Taken individually, these proposals are unremarkable. Joint development is a well-trodden path in East Asia. Mutually agreed joint-development mechanisms have a proven record of easing maritime tensions in the face of overlapping claims elsewhere. Therefore, it is seen by many, including the claimant governments of Southeast Asia, as a potential option to calm the waters in the South China Sea with its vast traditional fishing grounds and its rich oil and natural gas potential. But early attempts at joint development, notably an arrangement among China, Vietnam and the Philippines in 2005 for seismic surveys, failed largely because of domestic sentiment in the Philippines. And over the years, suspicions about Beijing's strategic intent, coupled with its unceasing territorial expansion and escalation of maritime tensions, thwarted any potential dialogue — let alone joint arrangement — in the South China Sea that involves China. In recent years, Beijing has put pursuing such joint arrangements on a back burner. Thus, the recent refashioning of these proposals from Beijing provides an opportunity both to understand the strategic intent behind these arrangements and to assess their application under the new paradigm in the South China Sea.
Pragmatic Policy or Stalling Strategy?
Setting aside disputes and pursuing joint development of natural resources have been central components of China's maritime policy since the late 1970s. The concept was promoted by Deng Xiaoping as he opened the country's economy and promoted domestic reform. Seeking to ease external pressures on the country, he embraced the practicality of joint economic development in the East and South China seas.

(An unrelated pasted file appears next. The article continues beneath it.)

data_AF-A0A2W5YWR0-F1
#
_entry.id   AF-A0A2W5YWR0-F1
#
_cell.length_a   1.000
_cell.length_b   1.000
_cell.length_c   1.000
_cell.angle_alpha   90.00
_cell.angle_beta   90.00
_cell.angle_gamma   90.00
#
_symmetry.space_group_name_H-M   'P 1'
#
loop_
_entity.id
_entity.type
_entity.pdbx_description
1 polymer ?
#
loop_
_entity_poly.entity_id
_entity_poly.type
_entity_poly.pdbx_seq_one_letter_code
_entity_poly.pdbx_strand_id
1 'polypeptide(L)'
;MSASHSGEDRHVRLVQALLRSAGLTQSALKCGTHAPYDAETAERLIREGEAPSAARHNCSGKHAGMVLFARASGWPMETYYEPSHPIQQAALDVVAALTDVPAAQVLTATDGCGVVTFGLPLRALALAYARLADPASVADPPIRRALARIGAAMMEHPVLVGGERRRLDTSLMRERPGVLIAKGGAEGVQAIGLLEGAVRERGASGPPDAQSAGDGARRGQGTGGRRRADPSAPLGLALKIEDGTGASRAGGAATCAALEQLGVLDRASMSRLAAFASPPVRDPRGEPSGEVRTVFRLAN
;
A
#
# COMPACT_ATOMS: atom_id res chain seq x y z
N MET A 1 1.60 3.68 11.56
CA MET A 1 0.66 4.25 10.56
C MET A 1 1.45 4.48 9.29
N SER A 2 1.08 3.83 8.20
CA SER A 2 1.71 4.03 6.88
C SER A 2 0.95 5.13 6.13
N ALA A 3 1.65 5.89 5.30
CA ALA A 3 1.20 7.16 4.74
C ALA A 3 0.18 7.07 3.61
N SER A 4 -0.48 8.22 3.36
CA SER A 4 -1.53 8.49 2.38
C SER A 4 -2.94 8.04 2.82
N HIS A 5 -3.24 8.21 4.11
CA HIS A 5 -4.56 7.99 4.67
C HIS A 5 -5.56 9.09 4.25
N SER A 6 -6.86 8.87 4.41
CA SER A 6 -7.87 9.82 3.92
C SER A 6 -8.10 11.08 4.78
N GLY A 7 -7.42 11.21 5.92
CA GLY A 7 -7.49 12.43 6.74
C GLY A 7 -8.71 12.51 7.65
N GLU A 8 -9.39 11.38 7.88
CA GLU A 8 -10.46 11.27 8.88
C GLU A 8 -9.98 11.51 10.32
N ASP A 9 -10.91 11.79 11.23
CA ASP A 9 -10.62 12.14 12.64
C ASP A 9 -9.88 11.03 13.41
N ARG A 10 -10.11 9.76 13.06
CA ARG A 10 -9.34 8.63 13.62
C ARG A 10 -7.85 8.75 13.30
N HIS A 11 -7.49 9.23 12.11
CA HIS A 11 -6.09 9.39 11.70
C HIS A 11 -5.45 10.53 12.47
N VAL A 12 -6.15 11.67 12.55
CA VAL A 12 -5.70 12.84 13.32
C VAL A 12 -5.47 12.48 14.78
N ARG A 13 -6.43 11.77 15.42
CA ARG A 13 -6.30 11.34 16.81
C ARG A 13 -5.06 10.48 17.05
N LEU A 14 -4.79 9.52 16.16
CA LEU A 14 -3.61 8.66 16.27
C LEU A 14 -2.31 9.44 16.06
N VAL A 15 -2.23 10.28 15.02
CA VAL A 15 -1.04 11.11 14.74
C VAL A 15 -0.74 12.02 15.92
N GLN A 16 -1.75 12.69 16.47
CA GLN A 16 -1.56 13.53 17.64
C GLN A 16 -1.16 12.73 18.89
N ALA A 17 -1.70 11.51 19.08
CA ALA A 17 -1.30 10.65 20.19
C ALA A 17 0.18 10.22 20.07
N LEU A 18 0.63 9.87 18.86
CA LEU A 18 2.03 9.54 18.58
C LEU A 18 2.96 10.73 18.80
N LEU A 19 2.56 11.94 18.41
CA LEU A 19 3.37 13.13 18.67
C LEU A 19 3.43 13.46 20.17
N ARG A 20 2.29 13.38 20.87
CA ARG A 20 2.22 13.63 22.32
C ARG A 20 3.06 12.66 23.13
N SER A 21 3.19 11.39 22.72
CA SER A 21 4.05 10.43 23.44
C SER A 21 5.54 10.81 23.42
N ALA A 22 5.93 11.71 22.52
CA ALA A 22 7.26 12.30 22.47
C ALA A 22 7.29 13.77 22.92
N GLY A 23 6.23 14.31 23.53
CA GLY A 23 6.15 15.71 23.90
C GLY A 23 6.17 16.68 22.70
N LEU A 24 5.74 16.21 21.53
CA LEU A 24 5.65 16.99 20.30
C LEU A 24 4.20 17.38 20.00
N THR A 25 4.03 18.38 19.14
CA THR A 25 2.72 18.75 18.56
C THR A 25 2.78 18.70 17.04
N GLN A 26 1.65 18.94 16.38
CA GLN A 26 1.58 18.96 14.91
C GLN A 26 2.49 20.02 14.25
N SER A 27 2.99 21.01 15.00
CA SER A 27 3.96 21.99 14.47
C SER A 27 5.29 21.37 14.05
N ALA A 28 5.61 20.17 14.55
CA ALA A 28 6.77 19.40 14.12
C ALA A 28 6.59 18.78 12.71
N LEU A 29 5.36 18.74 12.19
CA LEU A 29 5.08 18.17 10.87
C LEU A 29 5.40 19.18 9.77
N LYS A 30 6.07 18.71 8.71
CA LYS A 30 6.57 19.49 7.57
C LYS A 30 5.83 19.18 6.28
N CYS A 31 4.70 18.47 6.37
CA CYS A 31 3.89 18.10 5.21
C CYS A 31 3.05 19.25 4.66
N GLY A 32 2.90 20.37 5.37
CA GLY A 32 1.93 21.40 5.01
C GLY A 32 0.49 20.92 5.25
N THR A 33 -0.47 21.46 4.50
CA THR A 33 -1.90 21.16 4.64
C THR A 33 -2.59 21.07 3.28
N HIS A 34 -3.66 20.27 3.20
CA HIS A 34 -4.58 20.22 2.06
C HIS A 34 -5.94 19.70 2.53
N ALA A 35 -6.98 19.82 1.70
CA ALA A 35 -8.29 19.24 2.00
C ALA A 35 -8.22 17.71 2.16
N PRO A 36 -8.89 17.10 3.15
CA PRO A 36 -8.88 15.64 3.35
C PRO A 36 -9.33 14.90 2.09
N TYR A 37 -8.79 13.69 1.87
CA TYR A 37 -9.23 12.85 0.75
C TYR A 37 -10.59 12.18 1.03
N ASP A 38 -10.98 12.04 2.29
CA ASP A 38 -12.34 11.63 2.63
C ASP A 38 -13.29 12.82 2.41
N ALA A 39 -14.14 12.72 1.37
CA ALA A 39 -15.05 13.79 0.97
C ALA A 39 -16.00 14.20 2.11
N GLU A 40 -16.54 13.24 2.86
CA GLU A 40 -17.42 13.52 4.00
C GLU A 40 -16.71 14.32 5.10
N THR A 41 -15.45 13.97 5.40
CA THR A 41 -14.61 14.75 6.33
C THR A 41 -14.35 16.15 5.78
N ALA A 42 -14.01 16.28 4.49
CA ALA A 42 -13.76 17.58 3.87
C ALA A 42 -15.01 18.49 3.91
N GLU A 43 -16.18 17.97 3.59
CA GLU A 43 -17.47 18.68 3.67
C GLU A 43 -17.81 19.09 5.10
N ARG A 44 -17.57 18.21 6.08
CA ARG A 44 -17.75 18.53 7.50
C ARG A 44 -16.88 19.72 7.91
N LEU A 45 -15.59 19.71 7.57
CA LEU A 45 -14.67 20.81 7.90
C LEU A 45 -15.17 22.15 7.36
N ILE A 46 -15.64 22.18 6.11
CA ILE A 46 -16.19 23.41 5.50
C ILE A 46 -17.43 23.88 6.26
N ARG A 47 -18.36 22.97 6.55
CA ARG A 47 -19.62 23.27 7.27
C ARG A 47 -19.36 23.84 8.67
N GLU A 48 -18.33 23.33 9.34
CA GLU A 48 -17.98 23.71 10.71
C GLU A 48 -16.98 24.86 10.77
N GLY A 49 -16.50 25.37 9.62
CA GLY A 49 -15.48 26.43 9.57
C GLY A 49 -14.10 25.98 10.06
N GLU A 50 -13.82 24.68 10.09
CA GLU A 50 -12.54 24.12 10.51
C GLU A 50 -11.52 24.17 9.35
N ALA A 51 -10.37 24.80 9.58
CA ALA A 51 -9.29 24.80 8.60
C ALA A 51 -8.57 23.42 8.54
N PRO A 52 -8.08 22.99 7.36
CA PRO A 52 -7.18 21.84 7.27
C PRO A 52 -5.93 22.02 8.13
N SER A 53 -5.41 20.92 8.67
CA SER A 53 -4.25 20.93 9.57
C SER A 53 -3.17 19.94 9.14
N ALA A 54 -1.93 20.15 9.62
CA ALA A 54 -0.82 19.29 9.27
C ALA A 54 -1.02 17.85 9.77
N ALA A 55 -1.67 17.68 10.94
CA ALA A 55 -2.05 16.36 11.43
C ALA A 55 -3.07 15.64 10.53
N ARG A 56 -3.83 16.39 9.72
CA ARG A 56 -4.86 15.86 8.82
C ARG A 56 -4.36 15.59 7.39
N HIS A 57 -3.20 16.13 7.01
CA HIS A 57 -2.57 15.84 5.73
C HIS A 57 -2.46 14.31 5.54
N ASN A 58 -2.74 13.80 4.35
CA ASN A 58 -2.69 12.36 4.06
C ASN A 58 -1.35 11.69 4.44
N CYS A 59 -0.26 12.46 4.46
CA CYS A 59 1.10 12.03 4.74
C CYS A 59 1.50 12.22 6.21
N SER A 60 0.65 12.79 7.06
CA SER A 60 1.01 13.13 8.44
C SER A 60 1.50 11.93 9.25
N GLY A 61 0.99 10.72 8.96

Most of those who lay claim to territory in the South China Sea have similarly endorsed joint development as a way to acquire undersea resources. (Notably, only a handful of oil and natural gas blocks in the disputed areas of the sea have proved commercially viable, and the financial risks and technological demands required for energy exploration in those areas have made it impossible for many claimants to do so without foreign partners.) But while Beijing has been pursuing joint development opportunities since the 1990s, in practice, other claimants generally believe those opportunities disproportionately benefit Beijing. Suspicions of its strategic objectives have repeatedly caused those arrangements to fail.
A major stumbling block to such agreements has been an insistence by the Chinese government that its claims of sovereignty over disputed territories in any deal would have to be recognized for it to go forward. In other words, a joint development deal with China would require the other party to recognize Chinese territorial claims in disputed areas, making the arrangements politically difficult to accept. Disagreement over sovereignty recognition resulted in repeated disruptions of initial joint exploration arrangements, including the one made in 2011 between the Philippines and China's state-owned China National Offshore Oil Corp. around Reed Bank, near the Spratly Islands. Suspicion of Beijing's intent has remained a central concern for Vietnam and the Philippines even though they would profit from such deals.